Our debt payoff goal will begin to turn into real debt elimination at the moment we begin following a debt plan that includes a specific debt pay off schedule. Here we formalize our plan and get started doing the real work. And seeing real results.
List All Debt Pay Off Obligations
Do you even know how much you owe in credit card and other debt? You would be surprised at how many people do not.
Before you can make out your pay debt off schedule, you have to know the facts. Make a list of all your debts. Don’t leave anything out. It is important that your debt elimination program is complete.
- Include all your credit card accounts.
- Include your car loans.
- Include personal loans.
- Include your home mortgage.
- Include education loans.
- Include loans from family members or anyone else you may need to repay for any amount you have borrowed.
- Include any loans against your insurance policies or retirement funds.
For each one you need to know several pieces of information. Obviously you need to know the identity of the lender and the total owed. You also need to know the required monthly payments. It is also important to know the rate of interest being paid.
Organize Your Debt Pay Off Schedule
Next you want to organize your debts in some orderly way. If you can use a computer spreadsheet this is a good opportunity to make use of your skills in that area. If you cannot do that just make a chart by hand on a sheet of paper.
For each item write across the page (or in spreadsheet columns) each of the key pieces of information: who you owe the money to, payment date, payment amounts, outstanding balance, interest rate, and comments about any special conditions.
|Lender Name||Due Date||Payments||Balance||Interest||Comments or Conditions|
If you have very many credit card obligations you may want to make a spreadsheet for those separately. To be effective, your debt elimination program must have a complete list of debts organized in a way that not only shows the complete overall picture but makes it easy to compare items one to the other.
Powerful Pay Off Plan Principles
It has been said that rules are made to be broken. While there is a valid point there, these guidelines should be broken only for good reason. They can each add a powerful dynamic to the overall process.
Begin your debt pay off plan by continuing to pay only what you are already paying now. Add up the total you are required to pay on your debts this month. Let that be the amount you will pay next month, and the next.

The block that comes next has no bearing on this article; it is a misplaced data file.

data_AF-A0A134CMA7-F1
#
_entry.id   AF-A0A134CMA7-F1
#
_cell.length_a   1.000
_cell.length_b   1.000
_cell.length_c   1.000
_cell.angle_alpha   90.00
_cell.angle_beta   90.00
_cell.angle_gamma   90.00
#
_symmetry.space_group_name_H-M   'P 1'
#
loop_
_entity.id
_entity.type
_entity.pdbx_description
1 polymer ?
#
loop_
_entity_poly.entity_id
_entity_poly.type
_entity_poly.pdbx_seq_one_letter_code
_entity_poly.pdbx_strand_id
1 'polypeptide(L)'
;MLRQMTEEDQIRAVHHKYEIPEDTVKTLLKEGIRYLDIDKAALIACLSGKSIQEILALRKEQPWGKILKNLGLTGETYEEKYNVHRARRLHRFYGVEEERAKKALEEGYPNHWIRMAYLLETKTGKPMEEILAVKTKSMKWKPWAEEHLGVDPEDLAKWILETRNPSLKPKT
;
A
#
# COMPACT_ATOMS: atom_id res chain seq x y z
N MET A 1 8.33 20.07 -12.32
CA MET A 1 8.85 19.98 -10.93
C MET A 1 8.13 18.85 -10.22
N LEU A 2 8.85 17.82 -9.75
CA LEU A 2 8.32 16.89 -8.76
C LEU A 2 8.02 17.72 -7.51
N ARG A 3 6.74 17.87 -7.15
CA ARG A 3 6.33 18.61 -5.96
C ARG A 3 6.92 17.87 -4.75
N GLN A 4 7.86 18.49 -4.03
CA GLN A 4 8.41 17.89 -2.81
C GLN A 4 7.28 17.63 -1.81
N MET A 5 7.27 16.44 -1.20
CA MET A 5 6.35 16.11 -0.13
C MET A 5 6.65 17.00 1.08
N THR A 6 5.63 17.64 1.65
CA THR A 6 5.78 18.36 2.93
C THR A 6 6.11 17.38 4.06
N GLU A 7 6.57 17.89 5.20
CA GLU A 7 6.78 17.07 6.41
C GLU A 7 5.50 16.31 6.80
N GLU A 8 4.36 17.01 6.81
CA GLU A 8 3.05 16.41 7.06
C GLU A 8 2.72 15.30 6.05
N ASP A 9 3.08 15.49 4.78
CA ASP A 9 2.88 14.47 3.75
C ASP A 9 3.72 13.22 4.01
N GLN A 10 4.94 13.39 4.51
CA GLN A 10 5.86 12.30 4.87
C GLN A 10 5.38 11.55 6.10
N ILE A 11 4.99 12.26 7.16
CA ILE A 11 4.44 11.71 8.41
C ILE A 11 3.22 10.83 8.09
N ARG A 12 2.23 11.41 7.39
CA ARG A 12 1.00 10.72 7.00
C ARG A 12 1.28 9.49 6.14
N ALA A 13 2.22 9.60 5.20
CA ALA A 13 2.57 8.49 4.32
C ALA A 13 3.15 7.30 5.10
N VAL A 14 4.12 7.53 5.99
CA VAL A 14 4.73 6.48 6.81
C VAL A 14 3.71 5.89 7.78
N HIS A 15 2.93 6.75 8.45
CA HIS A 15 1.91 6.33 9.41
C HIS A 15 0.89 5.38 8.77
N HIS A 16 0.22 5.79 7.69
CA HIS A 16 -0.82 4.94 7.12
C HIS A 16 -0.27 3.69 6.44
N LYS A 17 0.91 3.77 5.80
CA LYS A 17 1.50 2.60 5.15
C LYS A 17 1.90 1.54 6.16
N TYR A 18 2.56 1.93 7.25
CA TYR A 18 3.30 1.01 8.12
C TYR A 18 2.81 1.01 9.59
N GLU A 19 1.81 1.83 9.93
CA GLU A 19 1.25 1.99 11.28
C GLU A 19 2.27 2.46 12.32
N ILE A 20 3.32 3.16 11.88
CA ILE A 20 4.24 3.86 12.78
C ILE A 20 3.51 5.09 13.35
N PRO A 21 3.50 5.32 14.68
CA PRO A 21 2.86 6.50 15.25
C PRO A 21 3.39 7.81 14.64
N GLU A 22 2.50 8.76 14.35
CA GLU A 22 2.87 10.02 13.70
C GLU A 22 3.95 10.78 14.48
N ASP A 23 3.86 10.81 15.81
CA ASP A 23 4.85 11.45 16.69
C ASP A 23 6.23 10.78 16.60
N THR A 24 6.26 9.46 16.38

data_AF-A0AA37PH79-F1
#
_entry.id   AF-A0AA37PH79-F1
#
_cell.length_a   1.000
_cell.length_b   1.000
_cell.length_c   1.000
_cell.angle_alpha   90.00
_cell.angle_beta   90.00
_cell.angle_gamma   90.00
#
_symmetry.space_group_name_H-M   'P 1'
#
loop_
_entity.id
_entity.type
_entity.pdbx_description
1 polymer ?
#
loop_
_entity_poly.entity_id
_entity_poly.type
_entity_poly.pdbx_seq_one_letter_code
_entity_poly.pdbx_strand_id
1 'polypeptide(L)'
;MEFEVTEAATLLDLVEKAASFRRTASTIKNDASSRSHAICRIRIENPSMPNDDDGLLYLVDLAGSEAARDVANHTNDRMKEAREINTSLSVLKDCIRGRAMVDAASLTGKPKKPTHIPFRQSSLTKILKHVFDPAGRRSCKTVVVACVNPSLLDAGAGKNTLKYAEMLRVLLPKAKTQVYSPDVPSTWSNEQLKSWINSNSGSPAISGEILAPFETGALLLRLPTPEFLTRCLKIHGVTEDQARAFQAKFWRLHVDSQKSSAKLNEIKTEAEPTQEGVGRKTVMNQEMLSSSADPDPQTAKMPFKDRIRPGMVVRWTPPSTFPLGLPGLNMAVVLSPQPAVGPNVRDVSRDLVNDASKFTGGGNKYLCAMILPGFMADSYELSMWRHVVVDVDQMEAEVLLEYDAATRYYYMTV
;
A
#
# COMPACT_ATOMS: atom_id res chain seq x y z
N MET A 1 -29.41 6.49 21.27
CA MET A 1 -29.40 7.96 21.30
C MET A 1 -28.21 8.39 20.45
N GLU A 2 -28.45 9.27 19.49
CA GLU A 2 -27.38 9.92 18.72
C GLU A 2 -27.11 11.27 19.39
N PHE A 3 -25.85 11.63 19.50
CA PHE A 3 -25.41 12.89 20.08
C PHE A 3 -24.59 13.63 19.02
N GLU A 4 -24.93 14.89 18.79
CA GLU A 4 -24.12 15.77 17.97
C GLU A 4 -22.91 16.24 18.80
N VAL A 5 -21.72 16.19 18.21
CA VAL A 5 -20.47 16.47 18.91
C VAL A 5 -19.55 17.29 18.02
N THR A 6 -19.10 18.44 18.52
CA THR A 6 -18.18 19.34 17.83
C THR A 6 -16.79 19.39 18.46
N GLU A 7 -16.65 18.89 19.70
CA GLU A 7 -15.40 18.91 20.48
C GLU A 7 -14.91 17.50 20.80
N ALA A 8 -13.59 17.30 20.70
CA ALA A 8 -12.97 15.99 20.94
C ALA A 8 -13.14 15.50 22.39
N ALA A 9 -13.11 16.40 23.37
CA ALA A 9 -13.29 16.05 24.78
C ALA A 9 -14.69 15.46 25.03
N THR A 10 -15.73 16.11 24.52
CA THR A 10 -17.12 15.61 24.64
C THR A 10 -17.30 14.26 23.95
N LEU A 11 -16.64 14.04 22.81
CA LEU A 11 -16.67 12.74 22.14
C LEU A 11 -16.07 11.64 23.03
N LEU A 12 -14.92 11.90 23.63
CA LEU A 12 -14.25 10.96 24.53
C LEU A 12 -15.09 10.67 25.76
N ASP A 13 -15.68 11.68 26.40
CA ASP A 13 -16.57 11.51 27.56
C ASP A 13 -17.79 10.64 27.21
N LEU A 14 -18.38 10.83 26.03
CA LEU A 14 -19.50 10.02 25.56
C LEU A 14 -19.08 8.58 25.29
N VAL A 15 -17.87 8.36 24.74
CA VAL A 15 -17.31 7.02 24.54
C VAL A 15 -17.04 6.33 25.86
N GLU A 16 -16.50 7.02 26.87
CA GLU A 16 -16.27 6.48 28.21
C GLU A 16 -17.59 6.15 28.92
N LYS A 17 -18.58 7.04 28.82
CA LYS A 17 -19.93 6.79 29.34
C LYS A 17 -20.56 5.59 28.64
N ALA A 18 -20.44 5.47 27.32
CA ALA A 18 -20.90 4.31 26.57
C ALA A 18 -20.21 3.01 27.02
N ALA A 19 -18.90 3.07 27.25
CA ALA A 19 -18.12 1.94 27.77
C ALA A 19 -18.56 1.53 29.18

If the total is $1,545.00 this month (house, car, credit cards…) then that is the same amount you will pay next month, too. Your credit card lenders will ask for less next month. But you will not pay less to any one of them unless you apply it to another debt instead. You will always see that you pay a total of $1,545.00 each month.
It should be easy. After all you are not paying one penny more to get out of debt now than you were already paying to stay in debt!
There are two great benefits to following this approach. First it will help you to maintain your commitment to becoming debt free. Remind yourself that it should be easy. After all you are not paying one penny more to get out of debt now than you were already paying to stay in debt, right?
And second, it allows you to focus on a variety of changes you are making in other areas in order to adjust to your new management approaches. You are learning to live on perhaps $10.00-15.00-25.00 less each month in order to avoid over spending. You are learning how to stay in control of your spending.
Avoid creating additional credit card debt. Or any other kind of debt. This is absolutely critical. Give this concern your special attention.
If you are using credit cards for day to day purchases some specific planning is called for in order to avoid conflicts with your debt elimination program. A good plan is to set aside one credit card that is paid off every month and use that for ongoing purchases.
If you cannot use a card that is already paid off, use another but always add any new charges to your scheduled payoff and pay that amount. Needless to say, the new charges amount is not part of the monthly debt payoff ($1,545.00 in our example).
Credit cards are dangerous and many, perhaps most people should not use them at all. A debit card is better. I use a credit card for gasoline and get a 5% rebate each month, a significant amount each month. But this is a planned part of my monthly expenses and it is paid off each month.
The biggest trial will come when you first want to buy something that goes beyond the monthly spending budget. Will you give in and violate the new rules? Or will you muster up the courage to do the right thing?